1060 Tasting Notes
I did a short steep (2 minutes), and the result was a nice light Keemun that’s full of plum and honey notes. When I say full I mean full. The plum notes were juicy and sweet, and the honey could be tasted throughout the sip but was strongest at the end. It was really, really good!
The deeper notes of grain and malt you can get from a longer steep are nice, but the brightness and fruitiness from a quick steep was delicious, too. I’m starting to think this is one of those teas that’s tough to mess up. No matter what I do to it the flavor is excellent!
Mmm. This is sweet, minty, creamy, and it has a nice soft vanilla flavor. I definitely like this one. I’m hosting a rather large tea party at the end of the month, and I think this will be a big hit there. The flavors aren’t over the top, but the tea still manages to have a dessert tea vibe about it. I do have to remember to not use boiling water with this one and to overleaf just a bit in order to get the best flavor, but it’s worth it. This tea is yum.
This tea makes me long for a fireplace. I want to tuck in next to a nice warm fire and sip this dark, rich tea. It has thick malt notes as well as an earthy tobacco flavor and hints of leather. To keep it from getting too dark there are bright fruity notes mixed in, too. It’s robust, warming, and delicious, and it’s perfect for combating the freezing temperature outside.
I drank this for most of last night. It was slightly sweet and had a clean vegetal note that reminded me of really crisp lettuce. There was also a mineral note that I found pleasant, and again, clean with a really fresh finish. I want to say the finish was minty, but I think it was closer to eucalyptus than mint. At any rate, it was very nice, and the tea withstood seven steeps before I felt that it was starting to lose some flavor. I probably could have continued for a few more steeps before the leaves were truly spent.
I’m taking it easy today and drinking some of my favorite teas. I still have lots of samples to try, but I also have a headache that won’t quit, so sampling new teas wouldn’t be much fun today anyway. However, I must have tea, and my faithful standbys are waiting to meet cup and water. Have I mentioned lately how thankful I am for tea? Love this stuff!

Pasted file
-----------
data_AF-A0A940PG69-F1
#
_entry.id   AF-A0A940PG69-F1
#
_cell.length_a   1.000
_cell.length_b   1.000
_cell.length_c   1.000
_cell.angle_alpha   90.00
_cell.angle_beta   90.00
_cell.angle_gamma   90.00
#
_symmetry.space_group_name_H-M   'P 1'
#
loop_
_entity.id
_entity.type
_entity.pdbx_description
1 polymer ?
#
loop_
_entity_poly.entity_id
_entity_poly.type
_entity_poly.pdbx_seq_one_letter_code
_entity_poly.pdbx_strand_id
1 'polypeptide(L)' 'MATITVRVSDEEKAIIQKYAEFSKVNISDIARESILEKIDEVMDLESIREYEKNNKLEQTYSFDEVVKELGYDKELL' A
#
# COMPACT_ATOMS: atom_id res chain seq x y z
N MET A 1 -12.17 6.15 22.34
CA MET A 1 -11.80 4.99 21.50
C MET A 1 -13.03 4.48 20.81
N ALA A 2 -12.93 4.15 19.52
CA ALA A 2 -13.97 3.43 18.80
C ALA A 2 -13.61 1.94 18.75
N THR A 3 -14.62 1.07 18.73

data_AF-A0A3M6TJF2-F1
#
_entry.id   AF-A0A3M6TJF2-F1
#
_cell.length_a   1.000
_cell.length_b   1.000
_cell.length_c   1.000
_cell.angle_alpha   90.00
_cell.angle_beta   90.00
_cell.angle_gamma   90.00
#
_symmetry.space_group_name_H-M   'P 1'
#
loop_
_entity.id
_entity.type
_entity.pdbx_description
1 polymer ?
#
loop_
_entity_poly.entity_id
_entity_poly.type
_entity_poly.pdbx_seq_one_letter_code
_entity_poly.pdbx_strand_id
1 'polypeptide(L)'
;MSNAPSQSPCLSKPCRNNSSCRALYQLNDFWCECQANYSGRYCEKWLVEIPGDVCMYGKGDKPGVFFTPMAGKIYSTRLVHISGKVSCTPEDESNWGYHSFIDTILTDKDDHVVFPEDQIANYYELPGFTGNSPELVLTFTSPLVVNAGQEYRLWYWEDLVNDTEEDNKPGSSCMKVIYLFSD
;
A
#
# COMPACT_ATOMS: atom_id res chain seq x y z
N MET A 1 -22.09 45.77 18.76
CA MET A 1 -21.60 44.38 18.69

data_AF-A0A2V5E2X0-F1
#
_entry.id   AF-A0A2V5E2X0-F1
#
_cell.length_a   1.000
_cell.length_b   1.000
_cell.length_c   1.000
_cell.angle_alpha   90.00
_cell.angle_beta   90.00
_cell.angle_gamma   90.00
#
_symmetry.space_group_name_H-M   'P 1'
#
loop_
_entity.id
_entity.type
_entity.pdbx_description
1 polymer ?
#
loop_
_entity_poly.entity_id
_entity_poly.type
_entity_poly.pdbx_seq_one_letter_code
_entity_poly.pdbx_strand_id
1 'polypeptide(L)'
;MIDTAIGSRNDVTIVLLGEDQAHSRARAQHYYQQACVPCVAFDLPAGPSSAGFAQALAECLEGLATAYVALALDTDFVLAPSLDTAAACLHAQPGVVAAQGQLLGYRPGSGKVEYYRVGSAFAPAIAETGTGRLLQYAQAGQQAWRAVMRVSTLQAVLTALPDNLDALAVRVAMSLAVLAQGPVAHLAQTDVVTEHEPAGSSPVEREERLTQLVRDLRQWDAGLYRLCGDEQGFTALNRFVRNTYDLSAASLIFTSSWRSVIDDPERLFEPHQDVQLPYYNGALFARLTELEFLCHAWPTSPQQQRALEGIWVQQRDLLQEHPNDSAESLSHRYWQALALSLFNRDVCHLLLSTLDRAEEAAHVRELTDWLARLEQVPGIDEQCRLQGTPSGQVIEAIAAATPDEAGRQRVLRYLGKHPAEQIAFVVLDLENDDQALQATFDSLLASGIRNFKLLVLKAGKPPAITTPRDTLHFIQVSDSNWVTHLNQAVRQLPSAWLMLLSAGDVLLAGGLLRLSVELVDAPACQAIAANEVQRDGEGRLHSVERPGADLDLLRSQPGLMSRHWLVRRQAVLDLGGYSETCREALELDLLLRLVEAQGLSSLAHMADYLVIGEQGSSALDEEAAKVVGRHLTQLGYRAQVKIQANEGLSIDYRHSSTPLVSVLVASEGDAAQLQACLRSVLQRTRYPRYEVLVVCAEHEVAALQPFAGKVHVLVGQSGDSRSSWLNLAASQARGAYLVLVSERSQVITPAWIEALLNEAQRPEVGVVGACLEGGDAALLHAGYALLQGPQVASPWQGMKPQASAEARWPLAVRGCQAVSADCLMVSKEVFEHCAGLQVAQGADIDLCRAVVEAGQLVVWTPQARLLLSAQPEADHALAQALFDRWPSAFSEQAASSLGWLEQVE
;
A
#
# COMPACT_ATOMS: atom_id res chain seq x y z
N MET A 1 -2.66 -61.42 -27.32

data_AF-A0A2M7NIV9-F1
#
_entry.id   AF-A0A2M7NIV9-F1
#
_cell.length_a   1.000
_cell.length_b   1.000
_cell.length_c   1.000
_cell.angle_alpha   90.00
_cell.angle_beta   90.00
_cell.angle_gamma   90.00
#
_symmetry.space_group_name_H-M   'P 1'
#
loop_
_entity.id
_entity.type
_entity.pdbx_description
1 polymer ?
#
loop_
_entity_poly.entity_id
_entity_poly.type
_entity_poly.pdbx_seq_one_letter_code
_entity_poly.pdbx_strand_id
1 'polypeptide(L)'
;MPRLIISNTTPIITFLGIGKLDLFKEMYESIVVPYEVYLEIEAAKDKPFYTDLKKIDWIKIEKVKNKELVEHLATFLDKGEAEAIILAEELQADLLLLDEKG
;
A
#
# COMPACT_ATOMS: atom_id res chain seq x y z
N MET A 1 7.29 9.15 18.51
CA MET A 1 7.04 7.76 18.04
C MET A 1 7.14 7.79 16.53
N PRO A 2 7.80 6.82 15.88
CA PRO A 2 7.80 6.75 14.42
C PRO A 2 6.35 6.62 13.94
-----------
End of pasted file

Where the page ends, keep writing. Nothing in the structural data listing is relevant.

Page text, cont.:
Ah, Earl Grey Cream, such a lovely mix of Ceylon, bergamot, and vanilla. The taste is creamy and full of citrus and vanilla notes, both of which I love. There isn’t an overly perfume-y taste that can often accompany Earl Grey teas. Instead the bergamot is well balanced against the vanilla, and it carries much more of a fruity note than a floral one. That, combined with a super creamy vanilla that has no artificial flavor to it, makes this a complete winner for me.
Happy to have this as my first cup of the day.
Thank you kimquat for this sample!
I’m liking the mix of pine and jasmine in this blend. The two flavors play off of each other nicely while allowing the creamy note of the base tea to come out and play, too. Normally I’d be surprised at the strength of the pine, but this blend is a mix of green tea leaves and tiny pine needles. It’s very pretty, and it smells incredible. In fact, I thought it smelled like spring. While the pine is noticeable no one flavor drowns out the others. It’s a really nice blend. This is another tea I think I would naturally reach for after meditating or when I needed to find some calm. It’s a relaxing, delicious, lovely tea.
I used my last teaspoon of this, and it was so good. The apricot flavor is so fruity and juicy. It’s manages to be sweet without tasting like candy or even dried fruit. I’ll definitely pick up more of this. It’s a bright, happy tea, and I enjoy having it in my cupboard.
Tea of the morning. This is another sample that came to me from the kind Naylynn via the Christmas Card Swap. Thank you!
When I think Irish Breakfast a few words automatically pop in my head: strong, bold, and malt. Irish breakfast teas are famous for their thick malty flavor that stands up to cream and sugar so very well. Today I learned there are Irish Breakfast teas (or at least one tea) that break that rule. I love a rule breaker.
The first thing that caught my eye was the low water temp for this tea. It’s recommended at 195°F, and since I’ve never had this tea before I followed the directions. I’m glad I did. I took my first sip and possibly gave myself whiplash. You can imagine the double take I did at my mug when I sipped this and found a distinct lack of malty notes. I sipped again and what I tasted was a rich, creamy, wonderfully thick tea that tasted like the French rolls my favorite bakery sells. Oh… holy… yum. As wonderful as the bready note was the texture of the tea was what had me smiling. It was like sipping velvet. As the tea cooled the malt flavor began to appear, and I got more of a traditional Irish Breakfast feel from the tea, which isn’t a bad thing at all. Next time I have this (Naylynn sent a generous sample!) I might add cream and sugar just to see, but this is wonderfully tasty all on its own.